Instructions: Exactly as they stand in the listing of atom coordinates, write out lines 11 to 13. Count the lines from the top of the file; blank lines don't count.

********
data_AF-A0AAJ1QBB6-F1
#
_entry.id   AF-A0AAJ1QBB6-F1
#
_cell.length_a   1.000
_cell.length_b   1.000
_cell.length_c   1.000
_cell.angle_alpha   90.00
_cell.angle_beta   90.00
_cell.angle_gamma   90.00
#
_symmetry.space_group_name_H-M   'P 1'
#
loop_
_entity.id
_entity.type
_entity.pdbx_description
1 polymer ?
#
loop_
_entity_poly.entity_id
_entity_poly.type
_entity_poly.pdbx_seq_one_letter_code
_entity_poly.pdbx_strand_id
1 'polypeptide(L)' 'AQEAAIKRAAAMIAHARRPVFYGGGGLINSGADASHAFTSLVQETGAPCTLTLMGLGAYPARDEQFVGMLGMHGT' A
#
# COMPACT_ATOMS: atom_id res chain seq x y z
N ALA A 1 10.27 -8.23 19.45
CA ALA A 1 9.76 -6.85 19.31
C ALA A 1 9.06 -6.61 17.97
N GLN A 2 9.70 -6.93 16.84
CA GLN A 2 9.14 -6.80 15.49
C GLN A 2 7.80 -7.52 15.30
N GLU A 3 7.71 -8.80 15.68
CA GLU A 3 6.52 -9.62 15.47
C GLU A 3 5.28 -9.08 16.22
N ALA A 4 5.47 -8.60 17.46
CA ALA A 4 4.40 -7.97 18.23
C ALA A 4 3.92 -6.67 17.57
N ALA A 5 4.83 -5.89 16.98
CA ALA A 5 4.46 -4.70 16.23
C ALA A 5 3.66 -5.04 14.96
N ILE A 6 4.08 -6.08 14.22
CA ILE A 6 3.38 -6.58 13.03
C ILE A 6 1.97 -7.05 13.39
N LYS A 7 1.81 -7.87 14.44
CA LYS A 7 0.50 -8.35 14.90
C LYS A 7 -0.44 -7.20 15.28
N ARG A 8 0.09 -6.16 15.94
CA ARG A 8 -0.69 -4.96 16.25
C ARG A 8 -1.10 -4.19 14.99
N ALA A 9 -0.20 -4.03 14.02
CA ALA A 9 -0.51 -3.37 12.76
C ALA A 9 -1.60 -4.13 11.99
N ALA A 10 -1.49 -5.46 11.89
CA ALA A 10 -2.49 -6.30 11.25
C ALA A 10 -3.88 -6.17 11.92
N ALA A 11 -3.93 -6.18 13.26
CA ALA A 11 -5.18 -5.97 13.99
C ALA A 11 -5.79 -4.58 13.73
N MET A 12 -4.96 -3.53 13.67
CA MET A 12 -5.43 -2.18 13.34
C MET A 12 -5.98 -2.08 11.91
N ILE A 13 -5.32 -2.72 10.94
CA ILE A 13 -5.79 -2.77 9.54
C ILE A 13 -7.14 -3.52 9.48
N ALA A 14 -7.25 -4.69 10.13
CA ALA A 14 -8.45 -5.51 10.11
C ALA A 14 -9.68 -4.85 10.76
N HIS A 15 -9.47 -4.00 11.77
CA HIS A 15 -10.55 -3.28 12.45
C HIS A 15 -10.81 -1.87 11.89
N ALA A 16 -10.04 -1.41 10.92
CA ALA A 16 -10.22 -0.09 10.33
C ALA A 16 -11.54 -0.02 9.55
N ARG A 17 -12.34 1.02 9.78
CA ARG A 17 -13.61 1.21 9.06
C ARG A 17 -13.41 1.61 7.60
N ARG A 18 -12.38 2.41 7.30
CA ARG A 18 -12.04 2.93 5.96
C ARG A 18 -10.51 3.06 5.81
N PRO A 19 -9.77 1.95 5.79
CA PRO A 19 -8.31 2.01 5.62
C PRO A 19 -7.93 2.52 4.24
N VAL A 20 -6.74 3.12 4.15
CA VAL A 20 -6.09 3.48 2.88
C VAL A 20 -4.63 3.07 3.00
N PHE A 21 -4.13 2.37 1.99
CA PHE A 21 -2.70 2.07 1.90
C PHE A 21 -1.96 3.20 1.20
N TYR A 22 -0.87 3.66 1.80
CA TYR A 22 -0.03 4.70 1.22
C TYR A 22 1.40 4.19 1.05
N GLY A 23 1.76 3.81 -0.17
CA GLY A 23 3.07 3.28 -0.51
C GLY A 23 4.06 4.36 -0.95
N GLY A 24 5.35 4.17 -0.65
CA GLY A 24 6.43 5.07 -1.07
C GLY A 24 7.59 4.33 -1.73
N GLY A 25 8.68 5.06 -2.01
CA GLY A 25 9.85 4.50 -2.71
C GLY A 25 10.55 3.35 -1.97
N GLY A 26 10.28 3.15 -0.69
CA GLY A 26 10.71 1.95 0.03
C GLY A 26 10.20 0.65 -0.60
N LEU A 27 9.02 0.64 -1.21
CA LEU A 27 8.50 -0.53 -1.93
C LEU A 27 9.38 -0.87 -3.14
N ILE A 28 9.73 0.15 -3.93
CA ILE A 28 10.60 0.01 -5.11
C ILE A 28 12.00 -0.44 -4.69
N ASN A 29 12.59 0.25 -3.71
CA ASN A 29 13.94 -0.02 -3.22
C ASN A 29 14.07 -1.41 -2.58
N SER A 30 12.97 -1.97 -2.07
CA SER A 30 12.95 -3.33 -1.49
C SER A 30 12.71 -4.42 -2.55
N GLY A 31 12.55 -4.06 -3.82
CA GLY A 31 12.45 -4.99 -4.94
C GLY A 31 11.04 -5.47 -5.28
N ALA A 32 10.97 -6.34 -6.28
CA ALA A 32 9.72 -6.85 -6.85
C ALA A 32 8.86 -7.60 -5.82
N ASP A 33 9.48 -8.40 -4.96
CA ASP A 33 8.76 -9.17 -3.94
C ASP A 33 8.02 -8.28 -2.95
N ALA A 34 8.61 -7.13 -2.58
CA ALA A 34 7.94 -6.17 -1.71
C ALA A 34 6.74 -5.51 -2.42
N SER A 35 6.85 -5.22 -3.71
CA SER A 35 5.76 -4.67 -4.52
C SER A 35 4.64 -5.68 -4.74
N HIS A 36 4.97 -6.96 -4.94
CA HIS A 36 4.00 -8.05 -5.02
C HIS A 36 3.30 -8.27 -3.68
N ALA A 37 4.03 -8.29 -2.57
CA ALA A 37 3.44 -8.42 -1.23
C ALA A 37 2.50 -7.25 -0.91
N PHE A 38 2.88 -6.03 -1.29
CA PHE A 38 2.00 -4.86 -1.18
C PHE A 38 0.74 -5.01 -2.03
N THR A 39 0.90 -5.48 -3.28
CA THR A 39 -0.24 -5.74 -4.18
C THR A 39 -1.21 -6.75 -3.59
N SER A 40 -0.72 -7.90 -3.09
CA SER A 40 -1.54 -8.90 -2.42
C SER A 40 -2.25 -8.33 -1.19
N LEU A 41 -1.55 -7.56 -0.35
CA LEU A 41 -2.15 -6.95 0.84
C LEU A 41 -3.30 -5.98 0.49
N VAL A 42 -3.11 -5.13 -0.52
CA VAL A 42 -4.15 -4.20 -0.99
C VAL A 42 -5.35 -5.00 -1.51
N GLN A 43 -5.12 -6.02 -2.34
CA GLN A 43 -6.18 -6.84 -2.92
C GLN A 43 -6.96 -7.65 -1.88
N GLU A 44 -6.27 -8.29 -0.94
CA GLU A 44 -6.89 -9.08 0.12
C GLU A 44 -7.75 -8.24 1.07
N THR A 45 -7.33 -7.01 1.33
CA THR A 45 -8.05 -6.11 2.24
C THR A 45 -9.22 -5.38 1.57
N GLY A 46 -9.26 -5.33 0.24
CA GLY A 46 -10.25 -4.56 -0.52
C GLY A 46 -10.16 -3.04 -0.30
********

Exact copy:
#
_symmetry.space_group_name_H-M   'P 1'
#